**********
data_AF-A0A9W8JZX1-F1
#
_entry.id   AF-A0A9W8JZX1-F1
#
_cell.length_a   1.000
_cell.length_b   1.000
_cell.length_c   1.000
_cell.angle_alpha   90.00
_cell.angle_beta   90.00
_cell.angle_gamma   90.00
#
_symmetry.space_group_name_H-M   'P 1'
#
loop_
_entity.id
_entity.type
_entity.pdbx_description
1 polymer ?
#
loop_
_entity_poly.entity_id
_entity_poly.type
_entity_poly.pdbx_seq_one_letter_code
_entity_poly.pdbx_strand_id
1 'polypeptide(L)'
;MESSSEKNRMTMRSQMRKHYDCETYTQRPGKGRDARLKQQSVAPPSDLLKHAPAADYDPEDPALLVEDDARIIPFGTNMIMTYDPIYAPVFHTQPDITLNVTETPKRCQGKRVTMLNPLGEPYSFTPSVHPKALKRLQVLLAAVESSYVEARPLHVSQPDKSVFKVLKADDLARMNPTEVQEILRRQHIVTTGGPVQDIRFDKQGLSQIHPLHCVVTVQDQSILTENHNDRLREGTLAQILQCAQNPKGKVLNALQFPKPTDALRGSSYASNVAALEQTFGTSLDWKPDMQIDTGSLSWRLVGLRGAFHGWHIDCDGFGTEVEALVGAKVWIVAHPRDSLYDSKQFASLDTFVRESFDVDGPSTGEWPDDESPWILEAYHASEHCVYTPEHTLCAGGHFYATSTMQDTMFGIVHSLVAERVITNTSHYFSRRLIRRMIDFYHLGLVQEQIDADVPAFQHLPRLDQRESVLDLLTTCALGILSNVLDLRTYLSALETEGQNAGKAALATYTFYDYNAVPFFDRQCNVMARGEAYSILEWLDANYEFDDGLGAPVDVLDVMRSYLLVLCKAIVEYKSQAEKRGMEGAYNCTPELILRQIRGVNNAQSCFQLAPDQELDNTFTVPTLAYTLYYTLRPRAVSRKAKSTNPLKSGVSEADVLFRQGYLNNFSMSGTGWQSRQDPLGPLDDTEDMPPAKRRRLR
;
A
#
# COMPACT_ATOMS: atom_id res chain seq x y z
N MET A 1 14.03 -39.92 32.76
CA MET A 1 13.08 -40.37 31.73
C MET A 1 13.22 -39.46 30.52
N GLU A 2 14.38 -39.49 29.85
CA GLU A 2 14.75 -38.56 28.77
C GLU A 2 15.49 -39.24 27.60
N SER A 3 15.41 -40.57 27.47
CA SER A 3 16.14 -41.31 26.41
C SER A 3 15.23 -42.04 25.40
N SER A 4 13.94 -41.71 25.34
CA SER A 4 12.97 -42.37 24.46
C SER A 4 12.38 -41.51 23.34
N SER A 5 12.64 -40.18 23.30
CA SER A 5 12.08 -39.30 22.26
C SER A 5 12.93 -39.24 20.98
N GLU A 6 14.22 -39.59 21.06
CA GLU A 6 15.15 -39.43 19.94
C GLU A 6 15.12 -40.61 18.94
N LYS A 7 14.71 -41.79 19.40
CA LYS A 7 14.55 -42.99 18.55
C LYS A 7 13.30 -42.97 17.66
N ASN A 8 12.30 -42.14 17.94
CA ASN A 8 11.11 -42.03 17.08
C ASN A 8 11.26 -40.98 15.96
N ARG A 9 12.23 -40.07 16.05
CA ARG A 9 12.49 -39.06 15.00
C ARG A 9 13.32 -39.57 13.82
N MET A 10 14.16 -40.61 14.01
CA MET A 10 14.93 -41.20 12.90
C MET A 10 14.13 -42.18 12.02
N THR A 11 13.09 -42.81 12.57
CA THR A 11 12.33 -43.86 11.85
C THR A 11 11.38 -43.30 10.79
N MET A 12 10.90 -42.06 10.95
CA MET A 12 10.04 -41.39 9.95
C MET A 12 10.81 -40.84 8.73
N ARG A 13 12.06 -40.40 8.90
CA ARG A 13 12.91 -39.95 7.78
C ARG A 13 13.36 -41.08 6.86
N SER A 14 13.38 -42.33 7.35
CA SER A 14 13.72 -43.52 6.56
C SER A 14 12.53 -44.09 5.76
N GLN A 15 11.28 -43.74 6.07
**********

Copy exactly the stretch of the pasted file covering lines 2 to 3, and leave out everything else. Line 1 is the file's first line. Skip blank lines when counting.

#
_entry.id   AF-A0A9W8JZX1-F1